By providing a competitively priced source of reliable power, TP Renewable Microgrid is poised to create some 10,000 new green jobs, support 100,000 rural enterprises, deliver irrigation to 400,000 local farmers, and improve access to health services and safe drinking water to communities they serve. This is how we can transform rural economies and lift millions from poverty.
“This partnership is essential for the people of India and its rural communities, giving a thrust to a massive multiplier effect [energy can have] on India’s economy and move social indices forward in some of its most difficult terrains.”
-Amitabh Kant, CEO, Niti Ayog
We cannot end poverty without first ending energy poverty
Energy poverty has an outsize impact on rural economies. Despite the enormous progress made in the past few years, at least 100 million Indians continue to have insufficient access to electricity, either because it is unavailable or unreliable. According to a large survey conducted by SPI and Johns Hopkins University in late 2018, almost half of rural enterprises in Bihar and Uttar Pradesh rely on diesel or other expensive and polluting sources to power their businesses, eroding revenues and undermining economic mobility.
This new venture can change that reality. According to Sambodhi, a third-party evaluation group monitoring SPI’s portfolio of mini-grid projects, from 2015 to 2018 we have observed a doubling of energy consumption, and an average revenue increase of 35% for shops and 52% for commercial enterprises.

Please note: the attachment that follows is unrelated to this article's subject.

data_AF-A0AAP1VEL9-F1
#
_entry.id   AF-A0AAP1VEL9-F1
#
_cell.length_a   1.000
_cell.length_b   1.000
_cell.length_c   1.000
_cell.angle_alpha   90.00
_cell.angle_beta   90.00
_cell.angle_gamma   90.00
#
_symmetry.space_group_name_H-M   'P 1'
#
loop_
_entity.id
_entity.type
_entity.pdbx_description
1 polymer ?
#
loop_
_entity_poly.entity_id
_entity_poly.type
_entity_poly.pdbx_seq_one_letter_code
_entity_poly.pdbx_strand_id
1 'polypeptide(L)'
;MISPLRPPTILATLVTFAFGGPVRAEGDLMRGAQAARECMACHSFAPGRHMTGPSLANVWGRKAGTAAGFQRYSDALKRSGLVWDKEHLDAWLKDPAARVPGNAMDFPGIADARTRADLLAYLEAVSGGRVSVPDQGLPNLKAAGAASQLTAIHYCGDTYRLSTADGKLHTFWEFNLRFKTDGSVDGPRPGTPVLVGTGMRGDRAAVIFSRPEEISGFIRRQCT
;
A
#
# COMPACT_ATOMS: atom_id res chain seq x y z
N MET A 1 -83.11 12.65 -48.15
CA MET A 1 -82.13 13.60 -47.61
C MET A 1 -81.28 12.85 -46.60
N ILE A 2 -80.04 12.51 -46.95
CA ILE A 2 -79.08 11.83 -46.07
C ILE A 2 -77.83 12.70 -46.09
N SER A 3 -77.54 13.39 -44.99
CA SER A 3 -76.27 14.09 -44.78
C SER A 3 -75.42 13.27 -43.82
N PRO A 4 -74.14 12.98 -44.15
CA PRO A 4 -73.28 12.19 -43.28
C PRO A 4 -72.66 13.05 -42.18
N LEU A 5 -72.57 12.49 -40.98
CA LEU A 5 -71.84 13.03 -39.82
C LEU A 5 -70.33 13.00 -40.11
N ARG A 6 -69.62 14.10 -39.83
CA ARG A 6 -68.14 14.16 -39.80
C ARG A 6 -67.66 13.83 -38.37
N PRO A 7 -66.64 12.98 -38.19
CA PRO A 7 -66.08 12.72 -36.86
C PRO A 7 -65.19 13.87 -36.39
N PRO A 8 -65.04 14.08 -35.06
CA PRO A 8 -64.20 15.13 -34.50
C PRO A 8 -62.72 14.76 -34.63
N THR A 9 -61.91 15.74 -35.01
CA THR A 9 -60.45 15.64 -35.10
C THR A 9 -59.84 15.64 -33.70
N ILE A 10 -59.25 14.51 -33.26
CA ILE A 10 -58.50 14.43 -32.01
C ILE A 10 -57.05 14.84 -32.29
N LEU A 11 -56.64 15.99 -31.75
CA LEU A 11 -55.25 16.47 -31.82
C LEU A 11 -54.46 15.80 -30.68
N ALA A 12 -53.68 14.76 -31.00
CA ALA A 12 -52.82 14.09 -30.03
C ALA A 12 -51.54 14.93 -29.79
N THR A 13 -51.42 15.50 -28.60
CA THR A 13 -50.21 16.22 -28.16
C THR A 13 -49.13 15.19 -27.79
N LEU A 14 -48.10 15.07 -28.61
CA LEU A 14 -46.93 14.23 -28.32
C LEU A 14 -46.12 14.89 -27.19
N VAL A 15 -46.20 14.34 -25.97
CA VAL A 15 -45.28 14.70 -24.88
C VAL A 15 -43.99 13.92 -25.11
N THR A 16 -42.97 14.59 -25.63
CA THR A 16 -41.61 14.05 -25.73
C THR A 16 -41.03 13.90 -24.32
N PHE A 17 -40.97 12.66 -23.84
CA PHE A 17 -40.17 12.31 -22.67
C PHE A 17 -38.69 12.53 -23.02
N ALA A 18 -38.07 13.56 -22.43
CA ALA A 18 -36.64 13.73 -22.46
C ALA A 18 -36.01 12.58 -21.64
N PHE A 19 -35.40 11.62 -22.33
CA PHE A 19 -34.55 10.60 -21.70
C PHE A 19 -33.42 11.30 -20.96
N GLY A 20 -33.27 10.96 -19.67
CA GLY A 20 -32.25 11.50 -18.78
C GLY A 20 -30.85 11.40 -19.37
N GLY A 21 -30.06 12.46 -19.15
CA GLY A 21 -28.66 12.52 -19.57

Access to sufficient and reliable electricity is transformational, and its domino effects on education, health and livelihoods can be immediate. Just a few weeks after a new microgrid was installed in Parsa, Ruby Kumari has doubled the number of sewing students in her training center by offering a night shift, and in the neighboring village of Derni, Ankit Singh was able to expand his school from 65 to 400 students by offering a digital class. Their impact is exponential, considering the livelihoods and opportunities programs like Ruby’s and Ankit’s can spark in the lives they touch.
As the sun set over the buzzing Derni market, power from the main grid flickered off; a daily reality. But with a choice to subscribe to reliable renewable power supplied by a local microgrid, for many in the market, life and livelihoods continued uninterrupted. In a country like India, where the grid is ubiquitous but woefully unreliable, distributed energy is providing an aspirational rural economy with a vital alternative that can ultimately become part of a robust, integrated and sustainable rural energy network.
This piece originally appeared on Forbes in November 2019 and reposted with permission.